THIRD SOLO EXHIBITION AT THE OSBORNE STUDIO GALLERY
FROM JUNE 22ND TO JULY 9TH
A TRAVELLER’S TALE
Clementine spent the past two years setting up her outdoor studio in some of the most cherished destinations in the world.
When she finds an inspiring scene there is a vigorous freshness in every brushstroke.
‘I have, over the years, learnt to compact my kit to capture any hill or manic street scene. My rucksack has many an added strap. Through trial and error, I acquired the lightest and strongest tripod. I choose a box from my collection to secure a wet painting for the journey home, leaving hands free to clamber over rocks or navigate the Underground.’
There is nothing I love more than pushing through the undergrowth, walking for miles to find a view, a landscape or scene, then working at speed before the light goes.’
Clementine’s original plan was to follow the great Silk Route where merchants journeyed from China through India, Persia Greece, and Italy from the 2nd century BC until the 15th century. She covered parts of this legendary trade road, but thanks to Covid, Pakistan, and India were out of bounds.
She was enthralled by the Nile, the cities of Florence and Venice, and in the British Isles, a return to places of outstanding natural beauty such as Daymer Bay in Cornwall and Durdle Door in Dorset.
Much loved views appear new to her each time she puts up her easel, a ‘different theatre performance’. ‘There is joy in the fact that I can work out the composition before I arrive.’
In February and March this year she travelled on S.S Sudan, a Belle Epoque steamer, where Agatha Christie wrote ‘Death on the Nile’ One of the sumptuous suites is named after her. Clementine painted from the boat, the shoreline, and then amongst the pyramids and tombs.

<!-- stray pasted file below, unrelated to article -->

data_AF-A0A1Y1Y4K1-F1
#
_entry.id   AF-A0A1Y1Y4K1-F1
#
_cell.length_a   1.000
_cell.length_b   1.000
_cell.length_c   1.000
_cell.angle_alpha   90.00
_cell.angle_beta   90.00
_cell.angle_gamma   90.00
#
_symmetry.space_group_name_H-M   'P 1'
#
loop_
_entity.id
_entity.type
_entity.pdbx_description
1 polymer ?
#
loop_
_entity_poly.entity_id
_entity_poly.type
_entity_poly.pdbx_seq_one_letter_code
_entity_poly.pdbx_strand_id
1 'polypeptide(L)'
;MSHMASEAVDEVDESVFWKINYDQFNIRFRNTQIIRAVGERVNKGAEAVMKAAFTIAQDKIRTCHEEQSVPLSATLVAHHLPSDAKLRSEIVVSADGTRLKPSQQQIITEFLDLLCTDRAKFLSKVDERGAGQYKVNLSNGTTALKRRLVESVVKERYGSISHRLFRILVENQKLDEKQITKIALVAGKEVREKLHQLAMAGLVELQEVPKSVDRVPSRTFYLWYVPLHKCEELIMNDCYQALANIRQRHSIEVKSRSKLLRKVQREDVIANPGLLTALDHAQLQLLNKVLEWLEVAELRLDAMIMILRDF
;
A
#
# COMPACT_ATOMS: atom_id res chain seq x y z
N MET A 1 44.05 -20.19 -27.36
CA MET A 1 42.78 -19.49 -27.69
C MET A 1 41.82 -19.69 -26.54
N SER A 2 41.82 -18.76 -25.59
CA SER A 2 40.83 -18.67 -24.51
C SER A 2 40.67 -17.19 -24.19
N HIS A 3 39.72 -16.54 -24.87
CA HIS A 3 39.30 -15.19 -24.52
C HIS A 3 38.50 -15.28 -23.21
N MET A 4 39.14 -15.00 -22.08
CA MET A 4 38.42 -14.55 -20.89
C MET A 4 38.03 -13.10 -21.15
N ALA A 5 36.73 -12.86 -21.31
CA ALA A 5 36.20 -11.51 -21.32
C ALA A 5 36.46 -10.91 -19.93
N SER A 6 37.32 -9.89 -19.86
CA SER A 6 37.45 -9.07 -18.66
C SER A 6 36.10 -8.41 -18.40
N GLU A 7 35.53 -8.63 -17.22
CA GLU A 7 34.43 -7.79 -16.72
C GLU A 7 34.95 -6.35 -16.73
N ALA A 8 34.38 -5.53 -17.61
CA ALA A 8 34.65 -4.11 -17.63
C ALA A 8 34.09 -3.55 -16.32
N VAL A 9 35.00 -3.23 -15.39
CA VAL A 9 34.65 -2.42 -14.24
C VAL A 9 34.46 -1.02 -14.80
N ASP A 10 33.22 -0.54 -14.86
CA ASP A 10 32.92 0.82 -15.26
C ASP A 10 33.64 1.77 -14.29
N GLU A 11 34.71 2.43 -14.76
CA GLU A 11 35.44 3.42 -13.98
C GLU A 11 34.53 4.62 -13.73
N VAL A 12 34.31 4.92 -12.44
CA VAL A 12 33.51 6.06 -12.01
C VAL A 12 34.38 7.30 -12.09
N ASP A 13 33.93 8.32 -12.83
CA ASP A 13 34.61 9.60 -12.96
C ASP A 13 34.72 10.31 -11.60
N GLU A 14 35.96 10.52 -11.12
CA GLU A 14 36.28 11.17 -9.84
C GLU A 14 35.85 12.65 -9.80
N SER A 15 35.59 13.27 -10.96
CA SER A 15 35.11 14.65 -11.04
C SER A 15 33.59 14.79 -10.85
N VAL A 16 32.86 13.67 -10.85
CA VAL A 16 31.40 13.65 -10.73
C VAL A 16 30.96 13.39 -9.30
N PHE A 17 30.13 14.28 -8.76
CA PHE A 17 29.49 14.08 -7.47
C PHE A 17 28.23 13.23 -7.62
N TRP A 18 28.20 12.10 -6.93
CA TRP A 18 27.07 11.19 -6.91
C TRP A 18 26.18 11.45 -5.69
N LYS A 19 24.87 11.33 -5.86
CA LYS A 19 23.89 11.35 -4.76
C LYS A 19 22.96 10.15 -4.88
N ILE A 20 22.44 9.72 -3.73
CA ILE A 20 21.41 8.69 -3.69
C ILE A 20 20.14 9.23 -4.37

‘I usually work in oils on board. In homage to Egypt, I added papyrus scrolls and gold leaf to my materials’
Exactly one hundred years ago Howard Carter discovered the tomb of Tutankhamun where he saw ‘wonderful things.’
She has been a traveller since her first visit to Kenya with her parents as a child, a gap year in Botswana and South Africa, and a long sojourn in Uganda and Kenya.
‘The African bug stuck, I worked in the Maasai Mara for a riding safari, filmed wildlife documentaries for the BBC.’
She often paints favourite scenes in Cornwall and the Lake District, but unique each time, for changing effects of light, tide levels, and clouds in motion.
These new paintings express her pleasure in horses and camels, beaches and deserts, fiery sunsets, tiny sailing boats, and stately gondolas.
In 2020 she came to know Florence while studying Old Master techniques at the Florence Academy of Art, founded in 1991 by Daniel Graves, an American artist determined to teach his students the traditions of Velasquez, Titian, Rembrandt, and Sargent. In 2021 she marvelled at the deserted streets of Venice during the lockdown.
To end her journey, she spent Easter at Giffords Circus, a place of childhood enchantment. This magical village circus (founded by Nell Gifford in 2000) with its company of equestrians, clowns, and acrobats, travels in England for six months every summer. They pitch their tents in the gardens of historic houses in market towns of the South West.
Clementine St John Webster
The youngest of four, she was born in 1989 and grew up in the deep countryside of Wiltshire and Somerset. It was a world of horses, ‘hunting and racing around with ‘picnics on horseback. Her paintings of Arab horses express the joy of seeing them in a new environment.
After a formal education at Cheltenham and St Hilda’s College Oxford University, concentrating on art, maths, and sciences she studied classical painting and drawing at the London Fine Art Atelier from 2014 to 2016, becoming a full-time professional in 2016 Every painting was sold at her first solo show, at the Osborne Studio Gallery, in 2018
Her own words express a personal vision: ‘I adore the outside world, and the relationships within it, between man and animal, plant and soil, sky and earth. My paintings reflect my love of nature, and attempt to document the environment.’